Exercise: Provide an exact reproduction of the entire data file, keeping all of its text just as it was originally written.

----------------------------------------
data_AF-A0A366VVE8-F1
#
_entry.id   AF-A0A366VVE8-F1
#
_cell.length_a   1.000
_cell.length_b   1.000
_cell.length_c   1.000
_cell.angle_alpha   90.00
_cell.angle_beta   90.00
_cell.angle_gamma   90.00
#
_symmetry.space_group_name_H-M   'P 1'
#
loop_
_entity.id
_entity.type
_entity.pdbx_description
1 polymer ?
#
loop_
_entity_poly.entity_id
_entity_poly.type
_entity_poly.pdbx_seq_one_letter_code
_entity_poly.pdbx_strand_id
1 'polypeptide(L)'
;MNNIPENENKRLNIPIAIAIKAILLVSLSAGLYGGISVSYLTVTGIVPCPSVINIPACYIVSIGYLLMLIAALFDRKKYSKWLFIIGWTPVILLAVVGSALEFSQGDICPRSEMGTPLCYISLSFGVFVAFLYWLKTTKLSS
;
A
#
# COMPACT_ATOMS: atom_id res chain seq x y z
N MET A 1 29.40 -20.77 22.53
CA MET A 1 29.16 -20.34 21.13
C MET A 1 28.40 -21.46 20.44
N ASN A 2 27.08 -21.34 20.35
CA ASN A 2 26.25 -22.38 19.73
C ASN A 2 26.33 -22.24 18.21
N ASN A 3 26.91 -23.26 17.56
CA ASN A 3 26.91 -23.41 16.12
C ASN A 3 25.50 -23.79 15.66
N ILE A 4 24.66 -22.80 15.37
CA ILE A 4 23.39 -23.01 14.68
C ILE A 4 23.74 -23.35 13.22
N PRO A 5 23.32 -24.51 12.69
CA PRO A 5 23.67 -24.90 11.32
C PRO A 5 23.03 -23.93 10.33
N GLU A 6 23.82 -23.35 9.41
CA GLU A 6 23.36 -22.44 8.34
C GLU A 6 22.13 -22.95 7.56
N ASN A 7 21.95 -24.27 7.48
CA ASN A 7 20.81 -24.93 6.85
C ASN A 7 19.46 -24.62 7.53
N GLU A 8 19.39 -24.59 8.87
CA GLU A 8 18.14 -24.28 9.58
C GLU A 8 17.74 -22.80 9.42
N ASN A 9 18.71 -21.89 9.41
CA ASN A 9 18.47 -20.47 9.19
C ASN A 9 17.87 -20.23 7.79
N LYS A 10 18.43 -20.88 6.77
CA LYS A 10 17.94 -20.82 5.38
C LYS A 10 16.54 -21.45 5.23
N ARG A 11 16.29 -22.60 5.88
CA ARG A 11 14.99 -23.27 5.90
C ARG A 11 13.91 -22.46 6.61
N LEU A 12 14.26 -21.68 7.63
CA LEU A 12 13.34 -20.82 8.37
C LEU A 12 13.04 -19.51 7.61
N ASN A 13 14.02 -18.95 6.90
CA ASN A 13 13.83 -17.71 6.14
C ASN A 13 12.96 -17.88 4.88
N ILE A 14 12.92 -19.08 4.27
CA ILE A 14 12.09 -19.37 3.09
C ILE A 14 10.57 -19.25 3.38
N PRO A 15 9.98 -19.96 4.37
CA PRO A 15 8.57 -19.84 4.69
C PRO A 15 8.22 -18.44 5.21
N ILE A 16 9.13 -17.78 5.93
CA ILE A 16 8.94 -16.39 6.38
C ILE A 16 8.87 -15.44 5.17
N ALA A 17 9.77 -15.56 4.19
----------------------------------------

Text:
data_AF-A0A366VVE8-F1
#
_entry.id   AF-A0A366VVE8-F1
#
_cell.length_a   1.000
_cell.length_b   1.000
_cell.length_c   1.000
_cell.angle_alpha   90.00
_cell.angle_beta   90.00
_cell.angle_gamma   90.00
#
_symmetry.space_group_name_H-M   'P 1'
#
loop_
_entity.id
_entity.type
_entity.pdbx_description
1 polymer ?
#
loop_
_entity_poly.entity_id
_entity_poly.type
_entity_poly.pdbx_seq_one_letter_code
_entity_poly.pdbx_strand_id
1 'polypeptide(L)'
;MNNIPENENKRLNIPIAIAIKAILLVSLSAGLYGGISVSYLTVTGIVPCPSVINIPACYIVSIGYLLMLIAALFDRKKYSKWLFIIGWTPVILLAVVGSALEFSQGDICPRSEMGTPLCYISLSFGVFVAFLYWLKTTKLSS
;
A
#
# COMPACT_ATOMS: atom_id res chain seq x y z
N MET A 1 29.40 -20.77 22.53
CA MET A 1 29.16 -20.34 21.13
C MET A 1 28.40 -21.46 20.44
N ASN A 2 27.08 -21.34 20.35
CA ASN A 2 26.25 -22.38 19.73
C ASN A 2 26.33 -22.24 18.21
N ASN A 3 26.91 -23.26 17.56
CA ASN A 3 26.91 -23.41 16.12
C ASN A 3 25.50 -23.79 15.66
N ILE A 4 24.66 -22.80 15.37
CA ILE A 4 23.39 -23.01 14.68
C ILE A 4 23.74 -23.35 13.22
N PRO A 5 23.32 -24.51 12.69
CA PRO A 5 23.67 -24.90 11.32
C PRO A 5 23.03 -23.93 10.33
N GLU A 6 23.82 -23.35 9.41
CA GLU A 6 23.36 -22.44 8.34
C GLU A 6 22.13 -22.95 7.56
N ASN A 7 21.95 -24.27 7.48
CA ASN A 7 20.81 -24.93 6.85
C ASN A 7 19.46 -24.62 7.53
N GLU A 8 19.39 -24.59 8.87
CA GLU A 8 18.14 -24.28 9.58
C GLU A 8 17.74 -22.80 9.42
N ASN A 9 18.71 -21.89 9.41
CA ASN A 9 18.47 -20.47 9.19
C ASN A 9 17.87 -20.23 7.79
N LYS A 10 18.43 -20.88 6.77
CA LYS A 10 17.94 -20.82 5.38
C LYS A 10 16.54 -21.45 5.23
N ARG A 11 16.29 -22.60 5.88
CA ARG A 11 14.99 -23.27 5.90
C ARG A 11 13.91 -22.46 6.61
N LEU A 12 14.26 -21.68 7.63
CA LEU A 12 13.34 -20.82 8.37
C LEU A 12 13.04 -19.51 7.61
N ASN A 13 14.02 -18.95 6.90
CA ASN A 13 13.83 -17.71 6.14
C ASN A 13 12.96 -17.88 4.88
N ILE A 14 12.92 -19.08 4.27
CA ILE A 14 12.09 -19.37 3.09
C ILE A 14 10.57 -19.25 3.38
N PRO A 15 9.98 -19.96 4.37
CA PRO A 15 8.57 -19.84 4.69
C PRO A 15 8.22 -18.44 5.21
N ILE A 16 9.13 -17.78 5.93
CA ILE A 16 8.94 -16.39 6.38
C ILE A 16 8.87 -15.44 5.17
N ALA A 17 9.77 -15.56 4.19